Pulmonary function tests.
Measurement of forced vital capacity (FVC), maximal inspiratory pressure (MIP), and maximal expiratory pressure (MEP) were done in a seated position using a calibrated pulmonary function system (Collins GS, Warren E. Collins, Braintree, MA). FVC was measured first. The order of testing of MIP and MEP was randomly assigned. Subjects were given standardized instructions regarding the performance of the maneuvers. FVC testing required subjects to exhale as forcefully and rapidly as possible after a maximal inspiration. MIP and MEP required inspiring/expiring maximally against an occluded airway. Subjects performed a minimum of three trials for FVC, MIP, and MEP to assure consistent and optimal performance. The highest value was reported for each test.
Dual-energy x-ray absorptiometry.
Body composition (% body fat (%BF) and bone mineral density (BMD)) was assessed for descriptive purposes using dual-energy x-ray absorptiometry (DXA) (Lunar DPX, software version 3.5, Lunar Radiation Corp., Madison, WI). A whole-body scan was performed with participants positioned in a supine position and scanned head to foot using a medium speed mode. The software provided an estimate of %BF based on an extrapolation of fatness from the ratio of soft tissues attenuation of two x-ray energies in bone-free pixels.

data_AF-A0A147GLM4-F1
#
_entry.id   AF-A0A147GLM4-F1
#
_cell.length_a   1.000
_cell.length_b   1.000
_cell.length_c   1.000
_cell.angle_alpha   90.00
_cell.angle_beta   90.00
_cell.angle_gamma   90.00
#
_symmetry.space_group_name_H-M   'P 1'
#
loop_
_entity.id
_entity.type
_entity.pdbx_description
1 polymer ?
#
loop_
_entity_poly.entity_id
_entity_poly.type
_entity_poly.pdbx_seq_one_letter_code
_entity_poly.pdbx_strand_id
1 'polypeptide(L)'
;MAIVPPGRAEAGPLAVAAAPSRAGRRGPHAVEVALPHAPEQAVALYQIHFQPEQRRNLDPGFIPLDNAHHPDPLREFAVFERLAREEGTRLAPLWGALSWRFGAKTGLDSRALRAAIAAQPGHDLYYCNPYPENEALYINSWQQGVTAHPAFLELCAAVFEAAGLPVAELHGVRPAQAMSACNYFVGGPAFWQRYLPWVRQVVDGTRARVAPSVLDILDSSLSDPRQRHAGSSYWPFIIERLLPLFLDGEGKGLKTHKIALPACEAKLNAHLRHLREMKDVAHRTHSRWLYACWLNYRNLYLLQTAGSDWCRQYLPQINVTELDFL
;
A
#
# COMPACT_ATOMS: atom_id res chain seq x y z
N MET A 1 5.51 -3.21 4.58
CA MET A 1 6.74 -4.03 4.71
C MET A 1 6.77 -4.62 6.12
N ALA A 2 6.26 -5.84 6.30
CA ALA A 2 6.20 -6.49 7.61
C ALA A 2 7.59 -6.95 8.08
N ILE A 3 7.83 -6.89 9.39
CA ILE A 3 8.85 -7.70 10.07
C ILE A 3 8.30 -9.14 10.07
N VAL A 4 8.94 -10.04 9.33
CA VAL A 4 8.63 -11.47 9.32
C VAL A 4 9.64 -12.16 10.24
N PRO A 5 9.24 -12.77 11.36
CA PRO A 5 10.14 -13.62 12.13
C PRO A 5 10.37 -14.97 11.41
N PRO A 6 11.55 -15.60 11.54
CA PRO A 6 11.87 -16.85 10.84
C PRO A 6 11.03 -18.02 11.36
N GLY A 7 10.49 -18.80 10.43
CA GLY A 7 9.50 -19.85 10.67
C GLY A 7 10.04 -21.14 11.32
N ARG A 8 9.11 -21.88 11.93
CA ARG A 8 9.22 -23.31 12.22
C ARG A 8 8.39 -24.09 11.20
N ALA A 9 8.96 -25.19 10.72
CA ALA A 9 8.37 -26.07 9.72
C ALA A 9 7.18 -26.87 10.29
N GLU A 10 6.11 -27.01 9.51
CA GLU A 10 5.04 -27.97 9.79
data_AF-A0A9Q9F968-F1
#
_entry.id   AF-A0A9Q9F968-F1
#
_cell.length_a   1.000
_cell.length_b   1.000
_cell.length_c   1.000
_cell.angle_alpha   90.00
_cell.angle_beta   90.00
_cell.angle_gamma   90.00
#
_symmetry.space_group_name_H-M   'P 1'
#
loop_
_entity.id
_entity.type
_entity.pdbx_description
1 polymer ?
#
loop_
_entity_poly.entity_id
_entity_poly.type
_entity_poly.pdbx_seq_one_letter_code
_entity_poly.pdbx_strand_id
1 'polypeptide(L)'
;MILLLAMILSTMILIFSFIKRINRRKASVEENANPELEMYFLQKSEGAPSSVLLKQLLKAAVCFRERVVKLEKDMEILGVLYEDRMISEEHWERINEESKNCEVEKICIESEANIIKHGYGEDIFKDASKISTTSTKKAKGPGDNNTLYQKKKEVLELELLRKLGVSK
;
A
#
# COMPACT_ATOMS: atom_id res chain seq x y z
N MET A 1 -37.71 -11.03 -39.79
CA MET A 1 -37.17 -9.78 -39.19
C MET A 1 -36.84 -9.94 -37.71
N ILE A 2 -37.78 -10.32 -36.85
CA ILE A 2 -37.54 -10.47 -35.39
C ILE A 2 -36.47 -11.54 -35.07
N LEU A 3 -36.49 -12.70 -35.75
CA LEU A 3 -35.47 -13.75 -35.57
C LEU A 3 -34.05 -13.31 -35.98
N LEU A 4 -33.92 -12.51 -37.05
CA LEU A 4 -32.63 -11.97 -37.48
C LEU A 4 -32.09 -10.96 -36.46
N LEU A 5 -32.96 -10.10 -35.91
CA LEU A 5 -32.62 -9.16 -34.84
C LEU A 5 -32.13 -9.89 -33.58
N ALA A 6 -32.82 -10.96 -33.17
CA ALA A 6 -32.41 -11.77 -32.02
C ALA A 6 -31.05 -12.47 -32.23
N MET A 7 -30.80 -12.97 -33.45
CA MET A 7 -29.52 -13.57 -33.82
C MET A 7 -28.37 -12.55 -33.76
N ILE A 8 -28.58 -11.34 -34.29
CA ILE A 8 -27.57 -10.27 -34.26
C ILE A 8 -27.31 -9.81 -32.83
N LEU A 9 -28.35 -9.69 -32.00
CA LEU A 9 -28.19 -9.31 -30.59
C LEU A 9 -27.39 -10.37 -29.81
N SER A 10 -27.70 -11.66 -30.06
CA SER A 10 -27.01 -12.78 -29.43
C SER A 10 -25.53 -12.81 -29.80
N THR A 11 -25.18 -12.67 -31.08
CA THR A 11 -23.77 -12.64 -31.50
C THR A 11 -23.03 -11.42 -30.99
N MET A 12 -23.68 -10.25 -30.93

Temperature recording and pill calibration.
Two hours before both cooled (CT) and ambient temperature (NT) exercise testing trials, subjects ingested a CorTemp® thermometer pill, 2 cm in length by 1.2 cm in diameter (Cor-100, renamed HT 150002, HQ Inc. Technologies, Palmetto, FL). An ambulatory recorder/data logger (BCTM3, PED Inc., v1.08, Southborough, MA) was carried by the subjects in a small waist-belt bag for the continuous measurement and recording of core body temperature transmitted by the temperature sensor pill. Before data collection, the ingestible pills were calibrated in a beaker of heated water with a calibrated mercury thermometer. Individual calibration curves were developed for each pill versus a calibrated thermometer and were applied to the data collected during exercise and pulmonary function testing. To assure accuracy of the pill and calibration procedures, the methods of Lee et al. (14) were used.